What It Means: Ms. Estes’ example demonstrates the ability of high standards, coupled with effective teaching, to unlock student potential. In states across the country, teachers are finding similar ways to use Common Core Standards to invigorate and develop student understanding. A Scholastic study last year found more than eight in 10 teachers who have worked closely with Common Core support implementation, and more than two-thirds report an improvement in students’ critical thinking and reasoning skills.


Correcting the Record:

New York Post, “Anti-Common Core Activists Leak State’s English Exam Online”: Sections of New York’s student assessments were leaked on Facebook yesterday “in an apparent act of sabotage by anti-testing activists.” More than three dozen pictures of the state exams were uploaded with criticism of the assessments, designed to test to content emphasized by the Common Core State Standards. The leak will mean portions of the test will have to be rewritten next year, the article reports. “This is a political act and it will be interesting to see whether Pearson or the state Department of Education understands it as that goes after them for civil or criminal liability,” said David Bloomfield, a Brooklyn College professor. “The real consequence is additional taxpayer dollars and more class time on field tests to replace the exposed questions,” said a spokesperson for the New York Department of Education.

Where They Went Wrong: Efforts to subvert high-quality assessments ultimately cost taxpayers and put students at a disadvantage. Strong systems of accountability are an important tool to help parents and teachers measure student development and to identify and address learning needs. By seeking to undermine these efforts, opponents put students at risk and create greater uncertainty in classrooms.



On Our Reading List:

Newark Star-Ledger, “N.J. Schools with High PARCC Opt-Outs Could Have to Make Changes, Education Commissioner Says”: On Wednesday, New Jersey Education Commissioner David Hespe said schools that fail to have 95% of students participate in PARCC exams will be placed on a corrective action plan and schools with high opt-out rates could have state funding withheld. “We are going to do whatever is necessary to make sure we have a comfort level moving forward that we are going to hit 95 percent,” Hespe said. “This is not a no harm, no foul situation here.” Stemming from the federal requirement that 95% of all students must take a state’s exam, the first step of corrective actions could include requiring schools to hold more informational meetings or to schedule face-to-face meetings with parents who want to opt their children out of exams.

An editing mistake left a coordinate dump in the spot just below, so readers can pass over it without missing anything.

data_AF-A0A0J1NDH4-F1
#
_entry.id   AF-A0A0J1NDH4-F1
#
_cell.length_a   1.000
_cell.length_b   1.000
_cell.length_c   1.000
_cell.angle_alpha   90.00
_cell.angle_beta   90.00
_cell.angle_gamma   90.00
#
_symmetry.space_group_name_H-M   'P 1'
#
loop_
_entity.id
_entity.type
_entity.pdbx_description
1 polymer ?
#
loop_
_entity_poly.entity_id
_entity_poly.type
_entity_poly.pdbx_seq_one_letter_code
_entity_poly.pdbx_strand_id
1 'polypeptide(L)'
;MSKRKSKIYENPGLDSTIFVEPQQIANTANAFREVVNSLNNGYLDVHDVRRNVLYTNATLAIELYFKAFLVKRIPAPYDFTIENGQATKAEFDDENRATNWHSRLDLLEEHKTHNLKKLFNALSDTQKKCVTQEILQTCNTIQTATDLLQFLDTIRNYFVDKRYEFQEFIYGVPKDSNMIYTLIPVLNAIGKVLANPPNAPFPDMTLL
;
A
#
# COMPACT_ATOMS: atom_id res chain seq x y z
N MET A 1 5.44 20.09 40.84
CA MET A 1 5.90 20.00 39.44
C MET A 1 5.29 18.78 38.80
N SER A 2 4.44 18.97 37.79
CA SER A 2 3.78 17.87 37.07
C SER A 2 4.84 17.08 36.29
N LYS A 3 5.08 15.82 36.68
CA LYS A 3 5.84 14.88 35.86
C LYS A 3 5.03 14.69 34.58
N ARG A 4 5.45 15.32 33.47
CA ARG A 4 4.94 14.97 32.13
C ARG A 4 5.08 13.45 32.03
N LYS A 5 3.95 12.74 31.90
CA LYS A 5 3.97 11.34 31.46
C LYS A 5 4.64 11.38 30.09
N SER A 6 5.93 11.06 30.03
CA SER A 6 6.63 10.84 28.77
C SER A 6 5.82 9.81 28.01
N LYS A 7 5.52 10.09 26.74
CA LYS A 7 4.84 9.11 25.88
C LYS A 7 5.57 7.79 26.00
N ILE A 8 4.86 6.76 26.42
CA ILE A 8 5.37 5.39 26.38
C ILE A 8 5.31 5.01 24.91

Chicago Business Journal, “Rauner Threatens Veto of School-Testing Bill”: Officials say Illinois Gov. Bruce Rauner threatened to veto a bill awaiting House approval that would prevent state or local authorities from taking “negative action” against a teacher, parent, school or student for opting out of state assessments. The Governor’s Office cautioned lawmakers that the measure proposed by Rep. Will Guzzardi could cost the state $1 billion a year in federal funding. “While this administration understands concerns that parents, educators and lawmakers have about how students are evaluated, (Guzzardi’s bill) is the wrong vehicle through which to address these issues and has the potential to significantly disrupt the education of Illinois children,” a spokesperson for Gov. Rauner said.

NSC Research Center, “Snapshot Report: Persistence-Retention”: New research by the National Student Clearinghouse finds that the percentage of first-time college freshmen continuing into their sophomore year at any institution reached its highest point since 2010 with the 2013 freshman class. The one-point increase to 69.9% means 17,000 more students continued into their second year at the start of 2014.